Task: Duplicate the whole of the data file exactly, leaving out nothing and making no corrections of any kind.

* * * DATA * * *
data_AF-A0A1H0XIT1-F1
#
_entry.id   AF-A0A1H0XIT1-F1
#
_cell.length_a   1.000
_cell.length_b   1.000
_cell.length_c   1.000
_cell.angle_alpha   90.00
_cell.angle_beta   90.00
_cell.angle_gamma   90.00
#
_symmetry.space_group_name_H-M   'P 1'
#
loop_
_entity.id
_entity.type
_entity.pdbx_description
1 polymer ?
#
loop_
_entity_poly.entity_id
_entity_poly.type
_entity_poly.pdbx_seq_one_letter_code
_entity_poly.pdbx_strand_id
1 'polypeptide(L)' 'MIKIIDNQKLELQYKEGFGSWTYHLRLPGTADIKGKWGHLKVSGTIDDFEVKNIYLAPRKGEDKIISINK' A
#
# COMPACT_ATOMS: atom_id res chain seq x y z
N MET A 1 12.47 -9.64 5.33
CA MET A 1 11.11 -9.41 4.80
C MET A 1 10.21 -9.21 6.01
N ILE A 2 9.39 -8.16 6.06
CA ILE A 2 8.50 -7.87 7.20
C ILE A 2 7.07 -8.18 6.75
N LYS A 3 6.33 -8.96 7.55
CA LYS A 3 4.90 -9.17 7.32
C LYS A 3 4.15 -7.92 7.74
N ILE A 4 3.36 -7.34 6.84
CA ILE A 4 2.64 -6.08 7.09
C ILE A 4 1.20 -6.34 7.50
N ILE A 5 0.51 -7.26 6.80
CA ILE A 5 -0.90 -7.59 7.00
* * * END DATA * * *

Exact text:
data_AF-A0A1H0XIT1-F1
#
_entry.id   AF-A0A1H0XIT1-F1
#
_cell.length_a   1.000
_cell.length_b   1.000
_cell.length_c   1.000
_cell.angle_alpha   90.00
_cell.angle_beta   90.00
_cell.angle_gamma   90.00
#
_symmetry.space_group_name_H-M   'P 1'
#
loop_
_entity.id
_entity.type
_entity.pdbx_description
1 polymer ?
#
loop_
_entity_poly.entity_id
_entity_poly.type
_entity_poly.pdbx_seq_one_letter_code
_entity_poly.pdbx_strand_id
1 'polypeptide(L)' 'MIKIIDNQKLELQYKEGFGSWTYHLRLPGTADIKGKWGHLKVSGTIDDFEVKNIYLAPRKGEDKIISINK' A
#
# COMPACT_ATOMS: atom_id res chain seq x y z
N MET A 1 12.47 -9.64 5.33
CA MET A 1 11.11 -9.41 4.80
C MET A 1 10.21 -9.21 6.01
N ILE A 2 9.39 -8.16 6.06
CA ILE A 2 8.50 -7.87 7.20
C ILE A 2 7.07 -8.18 6.75
N LYS A 3 6.33 -8.96 7.55
CA LYS A 3 4.90 -9.17 7.32
C LYS A 3 4.15 -7.92 7.74
N ILE A 4 3.36 -7.34 6.84
CA ILE A 4 2.64 -6.08 7.09
C ILE A 4 1.20 -6.34 7.50
N ILE A 5 0.51 -7.26 6.80
CA ILE A 5 -0.90 -7.59 7.00